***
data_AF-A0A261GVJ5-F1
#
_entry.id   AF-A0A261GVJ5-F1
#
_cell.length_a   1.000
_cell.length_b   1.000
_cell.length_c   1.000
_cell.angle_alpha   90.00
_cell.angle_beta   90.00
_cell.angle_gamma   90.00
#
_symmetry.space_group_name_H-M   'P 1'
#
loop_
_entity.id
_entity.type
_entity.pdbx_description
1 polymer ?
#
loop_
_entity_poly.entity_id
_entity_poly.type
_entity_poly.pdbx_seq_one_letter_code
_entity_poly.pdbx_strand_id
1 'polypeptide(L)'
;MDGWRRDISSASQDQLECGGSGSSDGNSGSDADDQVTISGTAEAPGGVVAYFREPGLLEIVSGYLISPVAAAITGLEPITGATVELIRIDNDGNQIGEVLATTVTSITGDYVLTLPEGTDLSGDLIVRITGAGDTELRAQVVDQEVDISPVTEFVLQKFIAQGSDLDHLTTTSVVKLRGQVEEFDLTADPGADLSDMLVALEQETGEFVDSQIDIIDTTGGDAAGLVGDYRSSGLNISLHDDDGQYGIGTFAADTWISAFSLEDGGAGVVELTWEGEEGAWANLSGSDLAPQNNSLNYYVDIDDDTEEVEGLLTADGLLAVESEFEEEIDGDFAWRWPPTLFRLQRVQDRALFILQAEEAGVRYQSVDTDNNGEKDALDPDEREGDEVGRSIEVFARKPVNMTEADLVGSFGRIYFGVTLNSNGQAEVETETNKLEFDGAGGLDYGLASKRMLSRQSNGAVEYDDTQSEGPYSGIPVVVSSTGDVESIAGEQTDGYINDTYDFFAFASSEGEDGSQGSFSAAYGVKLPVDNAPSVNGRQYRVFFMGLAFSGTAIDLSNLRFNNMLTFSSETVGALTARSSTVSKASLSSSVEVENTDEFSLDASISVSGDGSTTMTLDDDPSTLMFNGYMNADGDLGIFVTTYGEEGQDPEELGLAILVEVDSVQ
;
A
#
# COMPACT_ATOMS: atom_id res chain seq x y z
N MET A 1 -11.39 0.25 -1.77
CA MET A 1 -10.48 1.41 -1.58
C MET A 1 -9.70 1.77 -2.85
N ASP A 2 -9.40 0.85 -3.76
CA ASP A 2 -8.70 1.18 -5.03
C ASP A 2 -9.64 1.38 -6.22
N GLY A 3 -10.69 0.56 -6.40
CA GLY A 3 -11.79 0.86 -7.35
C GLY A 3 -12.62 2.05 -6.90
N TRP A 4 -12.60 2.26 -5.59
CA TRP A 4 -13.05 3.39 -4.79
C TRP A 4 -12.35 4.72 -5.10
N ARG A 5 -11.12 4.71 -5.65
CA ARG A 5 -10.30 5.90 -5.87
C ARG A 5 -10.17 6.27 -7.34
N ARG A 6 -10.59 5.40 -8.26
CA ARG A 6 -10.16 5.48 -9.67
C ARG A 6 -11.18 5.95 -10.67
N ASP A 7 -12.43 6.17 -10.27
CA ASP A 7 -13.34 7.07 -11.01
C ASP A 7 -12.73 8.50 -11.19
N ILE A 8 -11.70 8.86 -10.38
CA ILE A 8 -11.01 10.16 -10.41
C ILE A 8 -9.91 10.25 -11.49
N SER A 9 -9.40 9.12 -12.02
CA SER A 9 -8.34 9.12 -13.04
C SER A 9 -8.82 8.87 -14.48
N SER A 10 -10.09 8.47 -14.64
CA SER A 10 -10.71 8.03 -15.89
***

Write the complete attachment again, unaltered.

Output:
data_AF-A0A261GVJ5-F1
#
_entry.id   AF-A0A261GVJ5-F1
#
_cell.length_a   1.000
_cell.length_b   1.000
_cell.length_c   1.000
_cell.angle_alpha   90.00
_cell.angle_beta   90.00
_cell.angle_gamma   90.00
#
_symmetry.space_group_name_H-M   'P 1'
#
loop_
_entity.id
_entity.type
_entity.pdbx_description
1 polymer ?
#
loop_
_entity_poly.entity_id
_entity_poly.type
_entity_poly.pdbx_seq_one_letter_code
_entity_poly.pdbx_strand_id
1 'polypeptide(L)'
;MDGWRRDISSASQDQLECGGSGSSDGNSGSDADDQVTISGTAEAPGGVVAYFREPGLLEIVSGYLISPVAAAITGLEPITGATVELIRIDNDGNQIGEVLATTVTSITGDYVLTLPEGTDLSGDLIVRITGAGDTELRAQVVDQEVDISPVTEFVLQKFIAQGSDLDHLTTTSVVKLRGQVEEFDLTADPGADLSDMLVALEQETGEFVDSQIDIIDTTGGDAAGLVGDYRSSGLNISLHDDDGQYGIGTFAADTWISAFSLEDGGAGVVELTWEGEEGAWANLSGSDLAPQNNSLNYYVDIDDDTEEVEGLLTADGLLAVESEFEEEIDGDFAWRWPPTLFRLQRVQDRALFILQAEEAGVRYQSVDTDNNGEKDALDPDEREGDEVGRSIEVFARKPVNMTEADLVGSFGRIYFGVTLNSNGQAEVETETNKLEFDGAGGLDYGLASKRMLSRQSNGAVEYDDTQSEGPYSGIPVVVSSTGDVESIAGEQTDGYINDTYDFFAFASSEGEDGSQGSFSAAYGVKLPVDNAPSVNGRQYRVFFMGLAFSGTAIDLSNLRFNNMLTFSSETVGALTARSSTVSKASLSSSVEVENTDEFSLDASISVSGDGSTTMTLDDDPSTLMFNGYMNADGDLGIFVTTYGEEGQDPEELGLAILVEVDSVQ
;
A
#
# COMPACT_ATOMS: atom_id res chain seq x y z
N MET A 1 -11.39 0.25 -1.77
CA MET A 1 -10.48 1.41 -1.58
C MET A 1 -9.70 1.77 -2.85
N ASP A 2 -9.40 0.85 -3.76
CA ASP A 2 -8.70 1.18 -5.03
C ASP A 2 -9.64 1.38 -6.22
N GLY A 3 -10.69 0.56 -6.40
CA GLY A 3 -11.79 0.86 -7.35
C GLY A 3 -12.62 2.05 -6.90
N TRP A 4 -12.60 2.26 -5.59
CA TRP A 4 -13.05 3.39 -4.79
C TRP A 4 -12.35 4.72 -5.10
N ARG A 5 -11.12 4.71 -5.65
CA ARG A 5 -10.30 5.90 -5.87
C ARG A 5 -10.17 6.27 -7.34
N ARG A 6 -10.59 5.40 -8.26
CA ARG A 6 -10.16 5.48 -9.67
C ARG A 6 -11.18 5.95 -10.67
N ASP A 7 -12.43 6.17 -10.27
CA ASP A 7 -13.34 7.07 -11.01
C ASP A 7 -12.73 8.50 -11.19
N ILE A 8 -11.70 8.86 -10.38
CA ILE A 8 -11.01 10.16 -10.41
C ILE A 8 -9.91 10.25 -11.49
N SER A 9 -9.40 9.12 -12.02
CA SER A 9 -8.34 9.12 -13.04
C SER A 9 -8.82 8.87 -14.48
N SER A 10 -10.09 8.47 -14.64
CA SER A 10 -10.71 8.03 -15.89